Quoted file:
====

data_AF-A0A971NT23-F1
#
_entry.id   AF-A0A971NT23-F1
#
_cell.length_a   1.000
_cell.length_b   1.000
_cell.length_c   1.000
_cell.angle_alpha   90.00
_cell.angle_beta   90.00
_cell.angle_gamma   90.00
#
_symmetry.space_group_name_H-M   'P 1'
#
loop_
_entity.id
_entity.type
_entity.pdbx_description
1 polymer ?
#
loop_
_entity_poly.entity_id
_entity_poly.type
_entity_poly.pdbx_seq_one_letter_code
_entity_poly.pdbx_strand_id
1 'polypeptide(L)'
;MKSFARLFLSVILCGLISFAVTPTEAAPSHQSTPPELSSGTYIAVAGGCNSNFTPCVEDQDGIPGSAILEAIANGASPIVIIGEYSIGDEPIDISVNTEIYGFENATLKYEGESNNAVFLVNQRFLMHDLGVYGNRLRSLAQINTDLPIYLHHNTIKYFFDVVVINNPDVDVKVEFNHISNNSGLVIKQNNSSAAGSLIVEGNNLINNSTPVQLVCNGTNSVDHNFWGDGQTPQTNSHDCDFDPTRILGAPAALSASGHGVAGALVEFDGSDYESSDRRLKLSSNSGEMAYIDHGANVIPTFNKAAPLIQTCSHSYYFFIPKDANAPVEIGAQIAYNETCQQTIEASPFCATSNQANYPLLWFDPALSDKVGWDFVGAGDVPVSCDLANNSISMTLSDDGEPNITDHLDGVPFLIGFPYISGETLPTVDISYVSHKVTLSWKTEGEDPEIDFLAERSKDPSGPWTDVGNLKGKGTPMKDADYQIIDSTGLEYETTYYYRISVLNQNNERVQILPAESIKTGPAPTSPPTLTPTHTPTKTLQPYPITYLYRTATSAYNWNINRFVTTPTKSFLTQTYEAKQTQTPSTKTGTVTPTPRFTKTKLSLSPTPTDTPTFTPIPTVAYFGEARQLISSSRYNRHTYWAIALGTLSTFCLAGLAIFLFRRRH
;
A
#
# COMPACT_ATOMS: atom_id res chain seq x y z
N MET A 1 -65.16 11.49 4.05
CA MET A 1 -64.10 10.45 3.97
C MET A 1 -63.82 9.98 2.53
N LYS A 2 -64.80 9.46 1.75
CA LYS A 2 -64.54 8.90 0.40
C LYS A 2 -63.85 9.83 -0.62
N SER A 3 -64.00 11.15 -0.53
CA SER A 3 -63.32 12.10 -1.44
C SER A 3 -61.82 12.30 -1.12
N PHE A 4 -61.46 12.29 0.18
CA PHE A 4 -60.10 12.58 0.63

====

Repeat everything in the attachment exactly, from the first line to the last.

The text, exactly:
data_AF-A0A971NT23-F1
#
_entry.id   AF-A0A971NT23-F1
#
_cell.length_a   1.000
_cell.length_b   1.000
_cell.length_c   1.000
_cell.angle_alpha   90.00
_cell.angle_beta   90.00
_cell.angle_gamma   90.00
#
_symmetry.space_group_name_H-M   'P 1'
#
loop_
_entity.id
_entity.type
_entity.pdbx_description
1 polymer ?
#
loop_
_entity_poly.entity_id
_entity_poly.type
_entity_poly.pdbx_seq_one_letter_code
_entity_poly.pdbx_strand_id
1 'polypeptide(L)'
;MKSFARLFLSVILCGLISFAVTPTEAAPSHQSTPPELSSGTYIAVAGGCNSNFTPCVEDQDGIPGSAILEAIANGASPIVIIGEYSIGDEPIDISVNTEIYGFENATLKYEGESNNAVFLVNQRFLMHDLGVYGNRLRSLAQINTDLPIYLHHNTIKYFFDVVVINNPDVDVKVEFNHISNNSGLVIKQNNSSAAGSLIVEGNNLINNSTPVQLVCNGTNSVDHNFWGDGQTPQTNSHDCDFDPTRILGAPAALSASGHGVAGALVEFDGSDYESSDRRLKLSSNSGEMAYIDHGANVIPTFNKAAPLIQTCSHSYYFFIPKDANAPVEIGAQIAYNETCQQTIEASPFCATSNQANYPLLWFDPALSDKVGWDFVGAGDVPVSCDLANNSISMTLSDDGEPNITDHLDGVPFLIGFPYISGETLPTVDISYVSHKVTLSWKTEGEDPEIDFLAERSKDPSGPWTDVGNLKGKGTPMKDADYQIIDSTGLEYETTYYYRISVLNQNNERVQILPAESIKTGPAPTSPPTLTPTHTPTKTLQPYPITYLYRTATSAYNWNINRFVTTPTKSFLTQTYEAKQTQTPSTKTGTVTPTPRFTKTKLSLSPTPTDTPTFTPIPTVAYFGEARQLISSSRYNRHTYWAIALGTLSTFCLAGLAIFLFRRRH
;
A
#
# COMPACT_ATOMS: atom_id res chain seq x y z
N MET A 1 -65.16 11.49 4.05
CA MET A 1 -64.10 10.45 3.97
C MET A 1 -63.82 9.98 2.53
N LYS A 2 -64.80 9.46 1.75
CA LYS A 2 -64.54 8.90 0.40
C LYS A 2 -63.85 9.83 -0.62
N SER A 3 -64.00 11.15 -0.53
CA SER A 3 -63.32 12.10 -1.44
C SER A 3 -61.82 12.30 -1.12
N PHE A 4 -61.46 12.29 0.18
CA PHE A 4 -60.10 12.58 0.63